The drought of 2012 might seem to be over, but take a closer look. The sub-soil moisture is still drastically low in many areas. Also, the Mississippi River is illustrating what a lack of rain can do. The River is so low in the Mid-Mississippi area that barge traffic may be halted due to low water levels.

That won’t be the case if Illinois Corn Growers Association has anything to say about it. IL Corn is working with an industry group called Waterways Council, Inc., to find ways to keep the river moving. You see, more than 50% of Illinois’ corn crop leaves the state, with a good portion finding its ride down the river on barges. Also, fertilizer moves into the state via northbound river traffic, so in this case, a low-water issue can get us coming and going.

Earlier this week IL Corn representatives met with IL Senator Dick Durbin and other stakeholders to discuss the best ways to keep the Mississippi River open to commerce and other traffic. Illinois Lt. Governor Sheila Simon attended the meeting, as well, and was kind enough to go on the record with us about her thoughts on the issue. Watch below for her statement.

Braid Terry_Tricia  mugshotTricia Braid
ICGA/ICMB Communications Director


Last week while most of the Illinois Corn Growers Association board and staff were in Washington, DC, a couple of our members were in the European Union to learn more about our trading partners there.study tour, Illinois corn, farmers, mission, trade

Themes for the mission varied.  The group discussed a sustainability certification program that some of our farmers leaders and Illinois ethanol plants have participated in so that they can export to the EU.

They also touched on topics ranging from animal welfare regulations to biotechnology to ethanol imports. Like the United States, the EU is also creating a new version of its “farm bill” (CAP 2013), so they discussed the expected effects of each on agricultural trade and production.

While our guys were in the EU with corn farmers from Nebraska and Iowa, one of the Nebraska staff on the study tour maintained this blog to update the rest of us in the states how they were doing over there.  Start here and work your way forward for the synaposis of the mission.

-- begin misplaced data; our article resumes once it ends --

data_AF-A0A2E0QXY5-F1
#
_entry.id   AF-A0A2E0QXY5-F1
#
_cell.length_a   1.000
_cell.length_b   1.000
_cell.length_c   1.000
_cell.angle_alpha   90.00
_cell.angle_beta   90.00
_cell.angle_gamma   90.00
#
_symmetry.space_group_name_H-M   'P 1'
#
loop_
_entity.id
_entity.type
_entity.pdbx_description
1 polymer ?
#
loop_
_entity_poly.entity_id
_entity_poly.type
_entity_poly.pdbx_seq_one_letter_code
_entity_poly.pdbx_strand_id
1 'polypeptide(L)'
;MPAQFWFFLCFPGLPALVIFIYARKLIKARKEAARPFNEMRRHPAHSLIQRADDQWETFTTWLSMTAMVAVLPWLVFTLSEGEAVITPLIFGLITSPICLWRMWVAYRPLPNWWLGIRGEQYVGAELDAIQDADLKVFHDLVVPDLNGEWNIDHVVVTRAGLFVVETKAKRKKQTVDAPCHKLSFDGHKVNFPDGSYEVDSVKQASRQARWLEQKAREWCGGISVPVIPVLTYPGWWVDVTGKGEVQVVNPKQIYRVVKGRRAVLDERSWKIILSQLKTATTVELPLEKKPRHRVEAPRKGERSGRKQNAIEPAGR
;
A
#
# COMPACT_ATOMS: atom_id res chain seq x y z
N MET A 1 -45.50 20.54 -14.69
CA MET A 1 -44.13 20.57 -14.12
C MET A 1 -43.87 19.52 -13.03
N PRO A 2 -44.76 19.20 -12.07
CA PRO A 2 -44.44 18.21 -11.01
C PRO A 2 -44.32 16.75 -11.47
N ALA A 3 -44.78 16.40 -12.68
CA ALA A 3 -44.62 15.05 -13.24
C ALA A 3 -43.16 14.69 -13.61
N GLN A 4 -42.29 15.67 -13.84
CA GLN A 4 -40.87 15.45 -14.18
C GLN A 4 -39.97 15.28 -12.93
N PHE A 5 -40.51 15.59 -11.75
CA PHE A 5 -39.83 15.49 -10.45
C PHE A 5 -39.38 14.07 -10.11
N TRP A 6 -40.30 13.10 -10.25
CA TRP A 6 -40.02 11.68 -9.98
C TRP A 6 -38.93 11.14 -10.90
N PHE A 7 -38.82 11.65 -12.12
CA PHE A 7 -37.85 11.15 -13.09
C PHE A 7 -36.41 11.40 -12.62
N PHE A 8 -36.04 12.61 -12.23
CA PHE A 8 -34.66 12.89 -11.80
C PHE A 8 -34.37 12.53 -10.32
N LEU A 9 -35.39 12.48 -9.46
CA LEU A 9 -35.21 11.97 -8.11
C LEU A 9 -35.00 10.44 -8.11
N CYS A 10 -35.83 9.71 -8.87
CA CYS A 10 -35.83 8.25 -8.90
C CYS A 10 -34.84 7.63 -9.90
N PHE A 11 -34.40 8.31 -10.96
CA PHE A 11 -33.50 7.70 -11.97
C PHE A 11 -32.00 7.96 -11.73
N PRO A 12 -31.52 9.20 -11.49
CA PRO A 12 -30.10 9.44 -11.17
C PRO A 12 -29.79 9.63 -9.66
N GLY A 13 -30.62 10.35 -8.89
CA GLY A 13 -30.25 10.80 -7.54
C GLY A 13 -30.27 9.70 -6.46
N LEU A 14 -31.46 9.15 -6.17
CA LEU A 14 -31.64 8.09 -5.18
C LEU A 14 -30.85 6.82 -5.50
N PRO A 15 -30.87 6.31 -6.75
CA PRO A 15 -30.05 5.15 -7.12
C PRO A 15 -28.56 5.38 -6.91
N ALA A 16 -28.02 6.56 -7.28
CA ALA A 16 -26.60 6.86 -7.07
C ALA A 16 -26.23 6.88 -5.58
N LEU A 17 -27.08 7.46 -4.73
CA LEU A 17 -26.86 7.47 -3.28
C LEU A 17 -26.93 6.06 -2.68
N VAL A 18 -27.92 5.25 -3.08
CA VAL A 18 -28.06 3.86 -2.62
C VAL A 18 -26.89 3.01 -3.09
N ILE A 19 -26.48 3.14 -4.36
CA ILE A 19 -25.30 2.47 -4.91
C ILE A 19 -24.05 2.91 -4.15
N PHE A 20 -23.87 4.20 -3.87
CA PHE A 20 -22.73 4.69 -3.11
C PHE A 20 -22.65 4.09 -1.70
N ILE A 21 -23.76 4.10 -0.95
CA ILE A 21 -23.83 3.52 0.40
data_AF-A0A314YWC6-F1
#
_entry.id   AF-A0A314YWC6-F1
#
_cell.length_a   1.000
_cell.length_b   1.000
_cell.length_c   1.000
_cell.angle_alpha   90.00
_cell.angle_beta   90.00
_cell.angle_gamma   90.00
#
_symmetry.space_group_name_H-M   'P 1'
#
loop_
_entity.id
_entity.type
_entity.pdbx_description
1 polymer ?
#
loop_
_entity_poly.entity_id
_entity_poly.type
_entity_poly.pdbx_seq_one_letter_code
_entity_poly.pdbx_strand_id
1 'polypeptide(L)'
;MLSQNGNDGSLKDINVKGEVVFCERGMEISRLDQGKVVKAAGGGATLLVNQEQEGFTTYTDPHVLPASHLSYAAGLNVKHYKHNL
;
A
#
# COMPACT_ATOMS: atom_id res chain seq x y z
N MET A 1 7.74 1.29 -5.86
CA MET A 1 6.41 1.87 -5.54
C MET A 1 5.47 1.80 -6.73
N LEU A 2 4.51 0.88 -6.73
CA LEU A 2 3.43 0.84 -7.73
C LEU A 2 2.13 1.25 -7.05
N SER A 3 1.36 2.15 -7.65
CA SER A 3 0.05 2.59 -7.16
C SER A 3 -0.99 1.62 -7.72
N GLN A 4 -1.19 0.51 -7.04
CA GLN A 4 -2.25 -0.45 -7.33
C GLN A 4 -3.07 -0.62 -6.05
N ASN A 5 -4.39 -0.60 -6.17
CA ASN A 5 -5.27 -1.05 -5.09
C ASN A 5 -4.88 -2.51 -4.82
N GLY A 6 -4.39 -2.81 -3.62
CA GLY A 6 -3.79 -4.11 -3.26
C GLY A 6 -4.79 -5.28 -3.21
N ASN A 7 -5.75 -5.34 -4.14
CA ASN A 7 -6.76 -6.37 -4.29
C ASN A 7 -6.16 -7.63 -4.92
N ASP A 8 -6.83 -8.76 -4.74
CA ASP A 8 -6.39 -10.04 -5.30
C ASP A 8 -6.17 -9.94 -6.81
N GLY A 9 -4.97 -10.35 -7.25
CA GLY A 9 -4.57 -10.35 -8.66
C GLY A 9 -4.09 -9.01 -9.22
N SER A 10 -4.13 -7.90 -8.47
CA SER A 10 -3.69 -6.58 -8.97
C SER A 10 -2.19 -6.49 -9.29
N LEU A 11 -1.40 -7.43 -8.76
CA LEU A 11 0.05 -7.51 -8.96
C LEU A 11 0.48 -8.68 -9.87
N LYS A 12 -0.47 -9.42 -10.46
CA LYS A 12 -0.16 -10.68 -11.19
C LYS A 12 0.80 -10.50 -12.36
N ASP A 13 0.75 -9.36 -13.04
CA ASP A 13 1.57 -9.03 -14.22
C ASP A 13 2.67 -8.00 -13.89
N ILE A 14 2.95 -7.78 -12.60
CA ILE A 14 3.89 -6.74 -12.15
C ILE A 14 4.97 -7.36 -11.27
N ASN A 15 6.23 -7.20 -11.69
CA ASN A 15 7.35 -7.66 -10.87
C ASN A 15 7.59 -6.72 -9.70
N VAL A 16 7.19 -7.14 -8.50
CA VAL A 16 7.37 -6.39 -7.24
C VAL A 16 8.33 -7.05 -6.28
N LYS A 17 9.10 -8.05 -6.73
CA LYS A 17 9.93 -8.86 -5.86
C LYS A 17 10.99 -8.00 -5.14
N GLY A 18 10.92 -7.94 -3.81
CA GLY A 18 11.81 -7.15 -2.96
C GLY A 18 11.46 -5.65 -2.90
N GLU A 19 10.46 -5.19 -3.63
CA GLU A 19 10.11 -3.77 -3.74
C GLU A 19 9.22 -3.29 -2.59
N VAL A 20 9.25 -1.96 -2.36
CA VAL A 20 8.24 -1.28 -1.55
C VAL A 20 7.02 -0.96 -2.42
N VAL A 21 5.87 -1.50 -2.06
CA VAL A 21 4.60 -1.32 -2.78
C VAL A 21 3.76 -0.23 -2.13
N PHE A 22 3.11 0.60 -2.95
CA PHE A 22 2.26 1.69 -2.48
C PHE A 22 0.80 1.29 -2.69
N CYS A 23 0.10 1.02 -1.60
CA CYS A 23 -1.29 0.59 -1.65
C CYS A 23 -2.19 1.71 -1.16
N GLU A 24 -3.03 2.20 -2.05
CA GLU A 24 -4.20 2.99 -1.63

The Panama Canal Authority exists to produce maximum sustained benefit from (their) geographic position. It’s a geographic position that nations, traders, and explorers have hoped to maximize through the ages.

The U.S. transferred their authority of the Panama Canal back to the Panamanian government in 1997. At that time, studies indicated that the Canal would be at its maximum capacity for transit traffic by the year 2011. The Panamanian Government decided at that time that they weren’t interested in the canal infrastructure losing the potential for added use.

Interestingly enough, the need to expand the canal was known decades ago. The U.S. Government actually started working on the third shipping lane back in 1939, stopping work in 1942 because of WWII. So the Panama Canal Authority used those plans from the 1930s to start the work that has become the current Canal Project.

(In fact, the Panama Canal was designed to handle US Navy ships, like the Texas and New Jersey. They were the “Panamax”class ships of the time.)

The expansion will be complete by 2014, the 100 year anniversary of the opening of the Canal. The project is funded by both public and private investments. The project cost is expected to cost $5.25 Billion, funded roughly in half by a tax in Panama approved by the voters. The other half is provided through an international investment package.

Unheard of in the U.S., the entire project will be completed in a decade. Ten years, start to finish, from design and planning to full opening. It’s been joked (although there’s much truth in this joke) that this entire project will be finished in the time it takes the U.S. to finish a feasibility study.

What does this mean to the average person? Well, it means absolutely nothing in a direct sense. But it’s this kind of incredible engineering and planning that allows us to have our iPads and other widgets, it allows US commodities to access worldwide markets; it means less fuel consumed promising a lower environmental impact. It means jobs. Period. It’s hard to imagine, but it’s a pretty simple formula of a worldwide system that does reach into the home of the average U.S. system.